Chapter 9 - Times of sittings and routine of business

66    Formal motions

  1. At the time provided for formal motions the President shall inquire with respect to each motion of which notice has been given for the day, at the request of the senator who gave the notice, whether there is any objection to its being taken as a formal motion, and if no objection is taken by any senator, the motion shall be deemed to be a formal motion.

  2. Formal motions shall take precedence of all other motions and orders of the day and shall be disposed of in the order in which they stand on the Notice Paper.

  3. A formal motion shall be put and determined without amendment or debate.

Amendment history

Adopted: 19 August 1903 as SOs 66, 67 and 68 (corresponding to paragraphs (1) to (3))

Amended: 13 February 1997, J.1447 (to take effect 24 February 1997) (incorporation of 1994 reforms to routine of business)

1989 revision: Old SOs 70 to 72 combined into one, structured as three paragraphs and renumbered as SO 66; reference to orders of the day for the third reading of bills removed from paragraph (1), reference to divisions removed from paragraph (3) and expression brought into line with practice


Formal motions were a feature of the Senate’s routine of business from the beginning, being added by way of amendment to the first sessional order adopted on 5 June 1901 providing for government business to have precedence over private business on particular sitting days, after questions and formal motions (see SO 59).[1]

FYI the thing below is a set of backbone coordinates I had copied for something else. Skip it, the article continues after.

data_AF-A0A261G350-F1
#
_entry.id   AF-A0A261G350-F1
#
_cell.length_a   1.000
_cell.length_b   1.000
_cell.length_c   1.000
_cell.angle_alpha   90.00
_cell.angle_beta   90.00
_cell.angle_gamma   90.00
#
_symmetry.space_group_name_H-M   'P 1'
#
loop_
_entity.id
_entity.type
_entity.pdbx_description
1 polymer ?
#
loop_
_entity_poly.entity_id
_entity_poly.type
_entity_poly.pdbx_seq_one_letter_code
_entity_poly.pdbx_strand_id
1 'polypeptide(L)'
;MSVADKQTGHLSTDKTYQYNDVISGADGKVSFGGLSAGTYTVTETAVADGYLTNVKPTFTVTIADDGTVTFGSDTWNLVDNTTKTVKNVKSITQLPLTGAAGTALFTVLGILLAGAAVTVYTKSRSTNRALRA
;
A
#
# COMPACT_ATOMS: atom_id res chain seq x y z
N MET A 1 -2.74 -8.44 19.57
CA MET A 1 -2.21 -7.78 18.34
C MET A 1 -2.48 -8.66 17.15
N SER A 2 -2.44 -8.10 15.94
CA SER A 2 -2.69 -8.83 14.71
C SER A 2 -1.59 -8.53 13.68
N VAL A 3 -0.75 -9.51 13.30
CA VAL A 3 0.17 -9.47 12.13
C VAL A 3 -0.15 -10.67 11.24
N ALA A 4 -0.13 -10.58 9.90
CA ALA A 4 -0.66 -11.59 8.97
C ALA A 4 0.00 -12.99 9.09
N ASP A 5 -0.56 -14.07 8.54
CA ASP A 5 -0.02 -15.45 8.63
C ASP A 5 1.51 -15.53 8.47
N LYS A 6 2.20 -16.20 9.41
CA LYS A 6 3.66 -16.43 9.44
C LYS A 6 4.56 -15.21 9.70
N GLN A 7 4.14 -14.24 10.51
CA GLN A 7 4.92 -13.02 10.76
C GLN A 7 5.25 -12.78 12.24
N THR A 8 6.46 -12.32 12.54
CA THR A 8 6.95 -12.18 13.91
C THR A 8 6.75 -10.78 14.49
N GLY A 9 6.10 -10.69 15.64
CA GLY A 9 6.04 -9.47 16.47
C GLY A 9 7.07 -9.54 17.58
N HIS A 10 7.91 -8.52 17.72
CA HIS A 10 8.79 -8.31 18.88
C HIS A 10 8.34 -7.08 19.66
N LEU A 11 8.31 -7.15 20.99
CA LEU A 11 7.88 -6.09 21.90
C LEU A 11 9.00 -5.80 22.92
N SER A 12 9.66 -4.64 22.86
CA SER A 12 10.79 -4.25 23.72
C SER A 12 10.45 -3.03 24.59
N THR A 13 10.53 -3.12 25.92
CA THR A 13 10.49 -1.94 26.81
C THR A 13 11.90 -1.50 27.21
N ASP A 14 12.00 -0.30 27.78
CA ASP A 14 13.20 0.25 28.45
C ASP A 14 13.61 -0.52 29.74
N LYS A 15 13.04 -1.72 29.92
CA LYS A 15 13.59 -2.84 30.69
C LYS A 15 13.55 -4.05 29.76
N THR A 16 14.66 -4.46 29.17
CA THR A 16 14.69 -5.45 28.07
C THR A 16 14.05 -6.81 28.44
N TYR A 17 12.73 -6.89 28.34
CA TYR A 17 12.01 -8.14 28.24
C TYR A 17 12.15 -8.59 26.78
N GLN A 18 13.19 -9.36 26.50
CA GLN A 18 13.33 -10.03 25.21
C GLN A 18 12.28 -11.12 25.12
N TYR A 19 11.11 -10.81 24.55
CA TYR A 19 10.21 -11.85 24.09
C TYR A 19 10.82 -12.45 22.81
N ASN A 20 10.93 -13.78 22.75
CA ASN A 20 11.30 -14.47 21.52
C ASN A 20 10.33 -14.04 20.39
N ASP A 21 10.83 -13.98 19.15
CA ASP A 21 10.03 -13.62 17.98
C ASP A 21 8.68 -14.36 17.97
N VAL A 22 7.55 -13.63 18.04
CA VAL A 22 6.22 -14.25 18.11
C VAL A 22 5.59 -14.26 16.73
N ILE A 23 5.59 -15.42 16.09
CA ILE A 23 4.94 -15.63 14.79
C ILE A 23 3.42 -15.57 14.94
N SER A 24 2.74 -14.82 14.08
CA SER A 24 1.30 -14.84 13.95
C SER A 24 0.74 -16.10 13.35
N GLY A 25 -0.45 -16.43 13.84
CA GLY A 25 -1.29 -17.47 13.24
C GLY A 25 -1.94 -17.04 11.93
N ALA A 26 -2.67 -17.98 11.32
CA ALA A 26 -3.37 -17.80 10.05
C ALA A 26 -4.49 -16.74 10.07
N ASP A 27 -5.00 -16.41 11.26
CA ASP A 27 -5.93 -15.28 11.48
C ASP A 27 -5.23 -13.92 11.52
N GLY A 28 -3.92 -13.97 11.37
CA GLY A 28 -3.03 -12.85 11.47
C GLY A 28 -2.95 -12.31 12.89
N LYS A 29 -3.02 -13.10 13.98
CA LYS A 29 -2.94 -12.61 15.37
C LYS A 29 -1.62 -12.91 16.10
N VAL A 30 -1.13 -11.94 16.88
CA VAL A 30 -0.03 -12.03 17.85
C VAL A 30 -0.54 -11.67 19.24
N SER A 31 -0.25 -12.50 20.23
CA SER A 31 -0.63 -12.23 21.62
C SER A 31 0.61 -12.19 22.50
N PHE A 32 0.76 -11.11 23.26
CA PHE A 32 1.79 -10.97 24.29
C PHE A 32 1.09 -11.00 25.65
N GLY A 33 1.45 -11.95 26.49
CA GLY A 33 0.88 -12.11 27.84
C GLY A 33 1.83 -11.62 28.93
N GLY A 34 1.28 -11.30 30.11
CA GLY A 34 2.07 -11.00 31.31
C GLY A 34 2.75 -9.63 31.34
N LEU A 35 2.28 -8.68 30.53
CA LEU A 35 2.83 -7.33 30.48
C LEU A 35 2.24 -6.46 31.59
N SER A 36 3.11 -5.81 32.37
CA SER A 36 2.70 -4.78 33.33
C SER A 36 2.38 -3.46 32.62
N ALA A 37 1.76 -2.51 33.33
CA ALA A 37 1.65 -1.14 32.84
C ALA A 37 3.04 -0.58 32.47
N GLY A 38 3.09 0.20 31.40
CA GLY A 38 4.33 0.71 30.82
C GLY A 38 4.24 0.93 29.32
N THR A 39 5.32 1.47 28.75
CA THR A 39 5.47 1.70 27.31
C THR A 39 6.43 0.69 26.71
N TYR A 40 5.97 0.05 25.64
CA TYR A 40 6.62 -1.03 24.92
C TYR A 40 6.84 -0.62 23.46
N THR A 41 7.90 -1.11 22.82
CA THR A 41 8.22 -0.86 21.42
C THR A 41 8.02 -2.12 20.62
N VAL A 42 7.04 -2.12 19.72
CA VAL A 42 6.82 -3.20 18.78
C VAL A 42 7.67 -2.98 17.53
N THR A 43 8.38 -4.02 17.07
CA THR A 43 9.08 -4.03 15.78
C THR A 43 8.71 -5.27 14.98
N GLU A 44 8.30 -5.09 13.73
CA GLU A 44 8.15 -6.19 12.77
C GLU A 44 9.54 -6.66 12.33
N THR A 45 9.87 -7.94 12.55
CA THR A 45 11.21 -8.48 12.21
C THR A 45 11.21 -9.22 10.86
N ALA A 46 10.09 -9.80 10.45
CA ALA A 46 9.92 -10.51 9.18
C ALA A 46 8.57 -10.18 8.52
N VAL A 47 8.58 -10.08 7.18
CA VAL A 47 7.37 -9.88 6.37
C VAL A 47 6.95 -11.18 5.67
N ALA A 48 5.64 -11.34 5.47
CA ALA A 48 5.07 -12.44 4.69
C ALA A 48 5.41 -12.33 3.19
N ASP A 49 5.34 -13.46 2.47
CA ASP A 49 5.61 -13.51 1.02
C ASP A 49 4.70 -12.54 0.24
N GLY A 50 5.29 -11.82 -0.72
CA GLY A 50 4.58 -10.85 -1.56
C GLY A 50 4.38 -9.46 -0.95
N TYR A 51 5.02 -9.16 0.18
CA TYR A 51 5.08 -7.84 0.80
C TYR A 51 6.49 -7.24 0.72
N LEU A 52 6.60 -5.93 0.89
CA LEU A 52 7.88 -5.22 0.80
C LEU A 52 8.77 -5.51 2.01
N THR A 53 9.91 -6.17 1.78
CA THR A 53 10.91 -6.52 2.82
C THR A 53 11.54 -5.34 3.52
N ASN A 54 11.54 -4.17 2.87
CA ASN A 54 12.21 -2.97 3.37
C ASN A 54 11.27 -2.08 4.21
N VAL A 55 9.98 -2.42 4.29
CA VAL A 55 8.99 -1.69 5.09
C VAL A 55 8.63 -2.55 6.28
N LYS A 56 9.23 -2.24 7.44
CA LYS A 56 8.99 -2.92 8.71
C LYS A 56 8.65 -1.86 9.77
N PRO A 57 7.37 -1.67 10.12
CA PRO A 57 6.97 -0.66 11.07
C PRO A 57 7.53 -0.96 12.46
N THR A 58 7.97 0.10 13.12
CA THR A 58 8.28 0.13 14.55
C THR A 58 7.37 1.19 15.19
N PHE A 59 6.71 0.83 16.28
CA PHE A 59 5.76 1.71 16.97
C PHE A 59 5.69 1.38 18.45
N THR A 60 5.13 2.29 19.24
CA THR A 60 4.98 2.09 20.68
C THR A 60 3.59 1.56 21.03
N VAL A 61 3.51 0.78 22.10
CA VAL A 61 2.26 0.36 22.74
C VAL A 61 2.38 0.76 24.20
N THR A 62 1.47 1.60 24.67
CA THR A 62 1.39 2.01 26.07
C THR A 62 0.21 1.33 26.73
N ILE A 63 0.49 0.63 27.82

Formal business is business that can be dealt with expeditiously provided no senator objects to the motion being put to the vote without amendment or debate. Where the practice existed amongst the colonial assemblies,[2] there were two ways of dealing with formal motions and these differences were apparent in the debate in 1901 on the precursor to SO 59. For some, the Victorians, for example, “formal motion” was synonymous with “unopposed motion”. Only supported motions could be fast-tracked using this procedure. The alternative, and prevailing, view was that agreement to treat a motion as a formal motion did not necessarily imply agreement to the substance of the motion. This was the practice in NSW and Queensland:

Senator DRAKE – Formal motion and unopposed motion, I understand, really mean the same thing.

Senator Major GOULD – But a formal motion may be voted against.

Senator DRAKE – It is a motion which by agreement is to be moved without debate. An honourable senator may vote against it, but may not debate it.

Senator Lt.Col. NEILD – Therefore “unopposed” is not a good term to use. Formal is the correct term.

Senator DRAKE – It is the term I prefer, but perhaps that is because it is the term I have been accustomed to. I presume that the standing orders will settle that, If we use the term “formal motion” I have no doubt that it will be adopted by the Standing Orders Committee.[3]

The Standing Orders Committee did not quite fulfil Drake’s expectations. It adopted the compound term “Formal or unopposed Business” along with the standing orders of the NSW Legislative Assembly (with appropriate adaptations) which specified that divisions could take place on formal motions. It was the process for dealing with the motion that was to be unopposed, not necessarily the substance of the motion. The compound terminology remained until the 1989 revision, which also removed obsolete references and aligned the expression with contemporary practice.